WHOLE WHEAT/WHITE FLOUR
PANE RUSTICO RECIPE
©David B. Fankhauser, Ph.D.,
Professor of Biology and Chemistry
University of Cincinnati Clermont College,
Batavia OH 45103
|Here we are using 2 cups
and three-four cups white unbleached flour.
First posted 5 September 2008.
This page has been accessed
|Mixing white flour in with
the whole wheat
makes a lighter loaf.
While the white flour pane rustico
delicious, we are concerned about the loss of nutrients and
fiber. So we replaced some of the white flour with
whole wheat. We tried 100% whole wheat and were not happy
with is density, stickiness and flavor. So we
experimented and came up with a compromise in which we use 2
cups of whole wheat and 3-4 of cups white unbleached flour.
(P.S. Yes. I know that pane is masculine... My early
pages assumed it was feminine, so they were named pane
rustica... Can't change the name of the web page at this
24 ounces of water (or occasionally whey from making cheese...), 100
F, 37 C
1 tablespoon salt (I use Kosher salt these days)
1/4 teaspoon sugar
1/4 teaspoon granulated baker's yeast
2 cups whole wheat flour
3 1/2 to 4 cups white all purpose flour (unbleached if you have it)
Assemble ingredients. Dissolve one tablespoon salt to 24
ounces of warmed water. Pour out 1/4 cup of warmed water.
Add 1/4 tsp sugar and 1/4th teaspoon baker's yeast to warmed
water, stir to suspend. Let sit 15 minutes.
The glass to the left is freshly prepared, the one on the right is
proofed for 15 minutes. Note foam which has formed =
Add the proofed yeast to the rest of the warmed, salted water.
Sift flours before adding to the warmed water: Add 2 cups
sifted whole wheat flour, whisk in. Add 3 cups sifted white
flour, stir in to mix with a whisk.
Then add more white flour with a wooden spoon until the dough is
moderately stiff, but still soft.
Note that the dough is more like stiff batter. If it is too
liquid, add more flour. (I should add a picture of the use of a
wooden spoon for the last stage of dough prep.) Scrap down the
sides, cover, let sit at room temp (above 68 F) overnight.
The next morning, the dough/batter will be bubbly. The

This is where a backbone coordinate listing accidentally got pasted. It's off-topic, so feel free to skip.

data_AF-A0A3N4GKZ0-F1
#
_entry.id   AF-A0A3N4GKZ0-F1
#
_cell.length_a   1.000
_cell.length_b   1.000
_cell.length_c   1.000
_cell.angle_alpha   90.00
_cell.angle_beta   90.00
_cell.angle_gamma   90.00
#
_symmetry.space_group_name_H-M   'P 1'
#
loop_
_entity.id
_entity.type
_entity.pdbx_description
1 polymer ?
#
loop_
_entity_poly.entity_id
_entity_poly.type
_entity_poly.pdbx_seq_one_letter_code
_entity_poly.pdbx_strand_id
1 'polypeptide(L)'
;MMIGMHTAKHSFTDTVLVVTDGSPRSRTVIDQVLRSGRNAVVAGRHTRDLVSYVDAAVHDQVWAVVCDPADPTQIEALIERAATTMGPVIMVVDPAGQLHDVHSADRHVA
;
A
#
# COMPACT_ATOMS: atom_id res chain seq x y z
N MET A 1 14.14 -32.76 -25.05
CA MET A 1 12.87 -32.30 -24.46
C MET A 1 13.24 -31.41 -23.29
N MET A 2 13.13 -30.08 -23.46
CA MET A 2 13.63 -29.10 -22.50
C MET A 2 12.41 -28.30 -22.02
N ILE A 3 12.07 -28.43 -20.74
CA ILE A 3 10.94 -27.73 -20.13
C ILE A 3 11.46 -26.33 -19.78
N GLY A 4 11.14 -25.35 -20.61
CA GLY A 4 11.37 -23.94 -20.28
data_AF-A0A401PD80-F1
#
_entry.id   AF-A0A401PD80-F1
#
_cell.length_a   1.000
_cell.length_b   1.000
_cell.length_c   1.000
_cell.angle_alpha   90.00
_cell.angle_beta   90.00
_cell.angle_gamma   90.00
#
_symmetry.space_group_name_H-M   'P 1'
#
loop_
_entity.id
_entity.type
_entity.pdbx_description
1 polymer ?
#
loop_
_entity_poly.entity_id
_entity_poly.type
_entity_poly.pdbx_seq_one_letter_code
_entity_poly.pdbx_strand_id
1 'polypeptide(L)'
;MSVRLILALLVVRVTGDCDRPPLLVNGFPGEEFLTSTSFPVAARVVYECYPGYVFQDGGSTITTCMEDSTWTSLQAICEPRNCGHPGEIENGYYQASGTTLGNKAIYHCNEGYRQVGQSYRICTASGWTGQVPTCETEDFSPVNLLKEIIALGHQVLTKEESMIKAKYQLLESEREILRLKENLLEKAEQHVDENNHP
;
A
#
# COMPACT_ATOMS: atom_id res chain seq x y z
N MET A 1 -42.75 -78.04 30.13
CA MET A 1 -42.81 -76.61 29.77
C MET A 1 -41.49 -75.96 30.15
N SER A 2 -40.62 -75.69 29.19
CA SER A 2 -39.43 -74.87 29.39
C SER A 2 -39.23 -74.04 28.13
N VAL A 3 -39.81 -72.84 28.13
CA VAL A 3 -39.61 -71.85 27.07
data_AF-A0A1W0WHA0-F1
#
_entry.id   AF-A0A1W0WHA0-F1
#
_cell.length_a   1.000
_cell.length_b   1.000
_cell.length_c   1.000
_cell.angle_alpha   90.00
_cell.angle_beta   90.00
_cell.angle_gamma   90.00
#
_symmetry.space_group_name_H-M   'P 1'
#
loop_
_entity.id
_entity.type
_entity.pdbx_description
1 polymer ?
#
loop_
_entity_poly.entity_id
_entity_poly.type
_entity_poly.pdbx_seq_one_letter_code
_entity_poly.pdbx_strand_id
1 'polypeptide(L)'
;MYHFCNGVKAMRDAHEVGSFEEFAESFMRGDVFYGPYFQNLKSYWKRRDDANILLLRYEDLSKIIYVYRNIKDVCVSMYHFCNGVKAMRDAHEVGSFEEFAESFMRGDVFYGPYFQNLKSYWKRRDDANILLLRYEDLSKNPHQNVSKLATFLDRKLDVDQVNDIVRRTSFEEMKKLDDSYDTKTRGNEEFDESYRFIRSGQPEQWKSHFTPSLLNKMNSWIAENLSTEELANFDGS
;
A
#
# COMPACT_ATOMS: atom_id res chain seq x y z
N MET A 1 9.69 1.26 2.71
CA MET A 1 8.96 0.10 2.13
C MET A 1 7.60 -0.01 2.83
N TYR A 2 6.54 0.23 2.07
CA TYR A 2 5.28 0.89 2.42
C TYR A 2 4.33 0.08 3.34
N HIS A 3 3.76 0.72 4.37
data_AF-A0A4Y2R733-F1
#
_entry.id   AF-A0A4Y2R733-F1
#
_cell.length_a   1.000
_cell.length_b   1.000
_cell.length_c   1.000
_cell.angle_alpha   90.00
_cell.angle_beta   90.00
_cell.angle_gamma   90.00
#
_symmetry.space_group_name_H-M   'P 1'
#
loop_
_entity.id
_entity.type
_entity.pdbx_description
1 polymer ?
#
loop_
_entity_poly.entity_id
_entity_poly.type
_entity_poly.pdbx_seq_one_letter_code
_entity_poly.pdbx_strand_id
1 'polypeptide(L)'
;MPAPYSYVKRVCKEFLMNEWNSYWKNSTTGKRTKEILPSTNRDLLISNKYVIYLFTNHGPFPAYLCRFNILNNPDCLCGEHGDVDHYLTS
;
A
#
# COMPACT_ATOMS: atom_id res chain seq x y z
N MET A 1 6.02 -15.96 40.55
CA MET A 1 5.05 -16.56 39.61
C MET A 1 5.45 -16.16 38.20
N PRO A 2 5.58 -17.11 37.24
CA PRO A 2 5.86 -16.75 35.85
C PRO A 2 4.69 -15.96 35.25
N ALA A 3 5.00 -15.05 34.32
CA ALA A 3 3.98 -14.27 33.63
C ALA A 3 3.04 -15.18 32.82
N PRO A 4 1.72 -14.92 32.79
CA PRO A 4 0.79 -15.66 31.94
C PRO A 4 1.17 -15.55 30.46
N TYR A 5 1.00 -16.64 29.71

middle picture shows a closeup. Turn out on a floured
surface. Note how sticky...
Fold over several times with a floured hand. (Resist the "need to
knead". Less kneading makes the holes larger and the crumb
more delicate.) Cover and let rest for 15 minutes.
Dust with sifted cornmeal or rolled oats, move to the
side. Dust a cloth liberally with cornmeal (or rolled oats),
transfer dough, cover with cloth. Recently, I have been using
rolled oats to prevent sticking. They work and look GREAT (see
Let rise until doubled, about 2-3 hours. When risen, preheat
to 450 F with the Dutch oven and its lid in the heating up oven.
When oven is fully preheated, carefully remove HOT Dutch oven,
gently transfer risen dough by turning over into the Dutch
In the three images on the right I am using my beautiful Creuset
gift Dutch oven. Note also that I am using rolled oats as a
Gently shake the Dutch oven if the dough needs evening out.
(Don't worry if it is a bit raggedy.) Cut a cross into the
dough before baking.
Cover with the hot lid, place in the 450 F oven, set timer for 30
After 30 minutes, remove the lid, bake for another 15 minutes at 450
F to brown.
After 15 more minutes, the bread is done.
The second image is a loaf rolled in oats and a cross cut into the
loaf before baking.
The right hand image is what it looks like after cooling slightly
and cutting one end off. Cut off one of the ends and eat it
immediately. Crunchy, YUM.
Created using Thotor - Photo Thumbnail Generator.